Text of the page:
Many years ago, I tried to write a blog that offered comment on fiction, film, art and music. I very quickly realised within a matter of weeks that it was a hard thing to do well and that I was better suited to something completely different such as photoshopping myself into pictures of The 13thFloor Elevators or re-creating Wire album covers using bits of plasticine.
Mostly I felt that I was in danger of producing something that approximated William Empson’s view of art catalogue text: “a steady, iron-hard jet of absolute nonsense”.
I’ve tried to avoid that here, when writing about twelve stories I love.
An unnamed teenage narrator recalls Uncle Willy who ran the local drugstore. The boys of the town would eat ice-creams and watch Uncle Willy inject himself with morphine: “somebody would say, ‘Don’t it hurt?’ and he would say, ‘No I like it.’” To the people of Jefferson he is a sinner who must be saved but to the narrator he is “the finest man I ever knew”. The teenager comes to Uncle Willy’s assistance in his final flight of agency: “He wound up his life getting fun out of being alive and he died doing the thing that was most fun of all.” I am not the first to say that this is the best film the Coen Brothers have not made.
First published in the October issue of American Mercury, 1935; collected in Collected Stories, Chatto and Windus, 1951, newest edition Vintage, 2009
I like iconoclastic young people. And wunderkinds can be thrilling. But there is nothing about writing which makes it necessarily the province of youth. Mary Ward Brown, for instance, was in her late sixties when she published her first collection, Tongues of Flame, set in Perry County, Alabama. Here are people who aren’t southern grotesques going about their business. In ‘The Barbecue’ a non-invitation to a barbecue confirms for Tom and Martha their inferiority – his physical, hers social – and the general unfairness of how things are. But what to do? “Why don’t you take an aspirin?” Martha suggests. But Tom’s mind is filled with questions “he couldn’t even understand, much less answer”.
First published in The Threepenny Review,1982. Collected in Tongues of Flame, University of Alabama Press, 1986
Rebel Inc was so exciting: Warner! Legge! Welsh! Trocchi! Fante! And taking her place with these bad boys was Laura Hird. Laura Hird! ‘Imaginary Friends’ is an account of a young girl and her piano teacher, Mr Patterson. Mr Patterson is a magician of sorts, a low-rent Prospero with a dog called Caliban, and he talks of the magical kingdom of Blackpool while using tricks and disappearing potions to manipulate a child. The narrative from the girl’s point of view maintains her unquestioning wonder and delight – “Why couldn’t she run away with him and Caliban and be his magician’s assistant and have him stick swords through her and then say, ‘Only kidding!’” – but when Mr Patterson vanishes for real, the reader feels huge relief. Yet the girl still maintains her belief in his magic. Hird presents a robust innocence.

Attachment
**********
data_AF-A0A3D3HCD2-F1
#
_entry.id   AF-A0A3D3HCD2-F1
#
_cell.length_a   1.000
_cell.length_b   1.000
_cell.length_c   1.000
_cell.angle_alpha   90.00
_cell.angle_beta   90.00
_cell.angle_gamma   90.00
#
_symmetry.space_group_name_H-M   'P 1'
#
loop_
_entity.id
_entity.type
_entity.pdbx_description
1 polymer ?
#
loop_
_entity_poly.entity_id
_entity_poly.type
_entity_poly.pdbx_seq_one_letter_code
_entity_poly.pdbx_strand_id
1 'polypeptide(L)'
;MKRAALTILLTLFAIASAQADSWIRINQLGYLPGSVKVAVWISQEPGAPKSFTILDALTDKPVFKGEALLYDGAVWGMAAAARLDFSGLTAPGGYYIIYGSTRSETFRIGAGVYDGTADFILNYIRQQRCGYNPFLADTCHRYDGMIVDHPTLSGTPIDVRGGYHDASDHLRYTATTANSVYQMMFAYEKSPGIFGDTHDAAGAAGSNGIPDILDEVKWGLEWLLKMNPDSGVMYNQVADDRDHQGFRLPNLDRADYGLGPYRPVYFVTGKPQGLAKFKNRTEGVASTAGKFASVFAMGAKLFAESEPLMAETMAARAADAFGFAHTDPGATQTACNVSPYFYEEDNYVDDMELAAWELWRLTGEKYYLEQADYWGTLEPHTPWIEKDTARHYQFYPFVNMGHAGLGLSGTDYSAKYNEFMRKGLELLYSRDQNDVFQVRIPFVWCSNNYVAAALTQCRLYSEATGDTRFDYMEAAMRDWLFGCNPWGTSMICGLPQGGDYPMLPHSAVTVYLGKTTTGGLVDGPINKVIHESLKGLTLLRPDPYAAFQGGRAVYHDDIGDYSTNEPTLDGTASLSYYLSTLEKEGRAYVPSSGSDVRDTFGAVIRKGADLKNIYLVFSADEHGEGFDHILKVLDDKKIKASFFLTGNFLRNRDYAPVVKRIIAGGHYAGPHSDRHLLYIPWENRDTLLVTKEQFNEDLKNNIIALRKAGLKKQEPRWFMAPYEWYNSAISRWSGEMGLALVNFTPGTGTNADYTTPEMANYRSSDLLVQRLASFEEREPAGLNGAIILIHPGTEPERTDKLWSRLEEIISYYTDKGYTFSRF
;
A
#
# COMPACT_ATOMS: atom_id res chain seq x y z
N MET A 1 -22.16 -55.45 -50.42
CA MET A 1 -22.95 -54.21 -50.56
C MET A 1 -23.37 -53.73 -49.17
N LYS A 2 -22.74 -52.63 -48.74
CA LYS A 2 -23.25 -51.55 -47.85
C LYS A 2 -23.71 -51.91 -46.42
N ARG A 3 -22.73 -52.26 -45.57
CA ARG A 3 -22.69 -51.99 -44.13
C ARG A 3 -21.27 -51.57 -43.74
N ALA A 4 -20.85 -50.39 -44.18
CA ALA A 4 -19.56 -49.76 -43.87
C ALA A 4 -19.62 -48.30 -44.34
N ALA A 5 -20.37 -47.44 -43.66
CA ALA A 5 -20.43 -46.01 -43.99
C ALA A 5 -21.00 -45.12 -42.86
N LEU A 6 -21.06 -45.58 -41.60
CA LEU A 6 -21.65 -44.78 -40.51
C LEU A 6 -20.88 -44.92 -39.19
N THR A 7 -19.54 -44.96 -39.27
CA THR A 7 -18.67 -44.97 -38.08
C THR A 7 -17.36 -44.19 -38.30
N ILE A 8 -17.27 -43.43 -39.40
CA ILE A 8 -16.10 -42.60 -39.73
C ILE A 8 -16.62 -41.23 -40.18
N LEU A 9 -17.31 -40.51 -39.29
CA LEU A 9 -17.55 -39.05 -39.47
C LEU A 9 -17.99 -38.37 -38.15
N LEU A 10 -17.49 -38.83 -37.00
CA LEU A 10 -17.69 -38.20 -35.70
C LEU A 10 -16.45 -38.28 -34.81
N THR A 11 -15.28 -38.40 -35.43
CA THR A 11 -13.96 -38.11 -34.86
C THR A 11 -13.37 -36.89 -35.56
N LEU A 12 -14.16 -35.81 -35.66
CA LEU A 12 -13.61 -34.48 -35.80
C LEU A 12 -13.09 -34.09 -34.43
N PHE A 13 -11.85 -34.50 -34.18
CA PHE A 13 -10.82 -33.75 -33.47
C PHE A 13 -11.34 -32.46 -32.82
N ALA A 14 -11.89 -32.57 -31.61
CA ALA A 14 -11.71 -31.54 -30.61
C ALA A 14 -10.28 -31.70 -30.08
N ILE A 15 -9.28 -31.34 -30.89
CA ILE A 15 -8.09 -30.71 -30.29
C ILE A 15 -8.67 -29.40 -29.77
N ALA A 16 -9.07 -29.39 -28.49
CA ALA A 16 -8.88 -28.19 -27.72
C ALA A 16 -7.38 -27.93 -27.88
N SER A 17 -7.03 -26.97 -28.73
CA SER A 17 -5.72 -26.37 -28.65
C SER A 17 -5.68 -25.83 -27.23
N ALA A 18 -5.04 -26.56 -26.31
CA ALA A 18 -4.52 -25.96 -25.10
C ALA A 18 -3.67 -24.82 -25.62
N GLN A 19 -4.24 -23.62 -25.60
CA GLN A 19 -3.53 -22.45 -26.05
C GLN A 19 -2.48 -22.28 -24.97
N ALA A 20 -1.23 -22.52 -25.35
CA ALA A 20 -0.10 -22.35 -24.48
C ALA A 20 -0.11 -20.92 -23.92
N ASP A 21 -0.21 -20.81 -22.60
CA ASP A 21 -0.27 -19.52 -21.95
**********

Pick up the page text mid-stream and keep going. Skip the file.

First appeared in Chapman, 1996. Collected in Nail and other stories, Rebel Inc, 1999
Just as the majestic sound of 4AD bands in the 1980s prompted responses of the ‘shimmering shards of sepulchral majesty’ sort, so the artistry of Sean O’Reilly seems to provoke a range of abstruse, delphic musings of a laudatory nature. I feel I want to join in. But instead I’ll say that this is a story about a fella who goes to the christening of his ex-girlfriend’s baby.
First published in All Over Ireland: New Irish Short Stories, Faber and Faber, 2015. Collected in Levitation, The Stinging Fly Press, 2017
A used tampon at the bottom of a toilet, slowly seeping its blood like a miniature Rothko, can be a beautiful little sight. In Janice Galloway’s story however, a sanitary towel is jammed in a girl’s mouth to stop the flow of blood from her recently removed tooth. This is body gothic, corporeal horror: “the gum parting with a sound like uprooting potatoes”; “the roots were huge, matt like suede… Hard to accept her body had grown this thing.” As “the unstoppable redness” pools in her mouth she seeks out the white sanctuary of a school music rehearsal room and the clean sound of Mozart. But the door can’t be locked, nor the blood staunched.
From Blood, Vintage, 1991, and also The Picador Book of the New Gothic, Picador, 1991
In life you’re either a bastard or you’re a stupid bastard. That’s what my pal said. Kutcherov, an engineer, is involved in building a bridge near the village of Obrutchanovo. He and his wife like the area and so build a beautiful house there which becomes known as the New Villa. Generous and well-intentioned, Kutcherov and Elena treat the local peasants with kindness, but the people in turn regard them as fools, stupid in their benevolence. Even the bridge is called into question. Did they ask for a bridge? No. Did they get by without it before? Yes. Baffled and frustrated at their harsh treatment, Kutcherov and his wife eventually leave Obrutchanovo. In their place a government clerk comes to the New Villa, someone whose behaves as the villagers expect: “he talks and clears his throat as though he were a very important official, though he is only of the rank of a collegiate secretary, and when the peasants bow he makes no response.”
First published 1899, from Later Short Stories 1888-1903, trans. Constance Garnett, The Modern Library, 1999 and The Lady with the Little Dog and Other Stories, trans Ronald Wilks, Penguin Classics, 2002. Available online here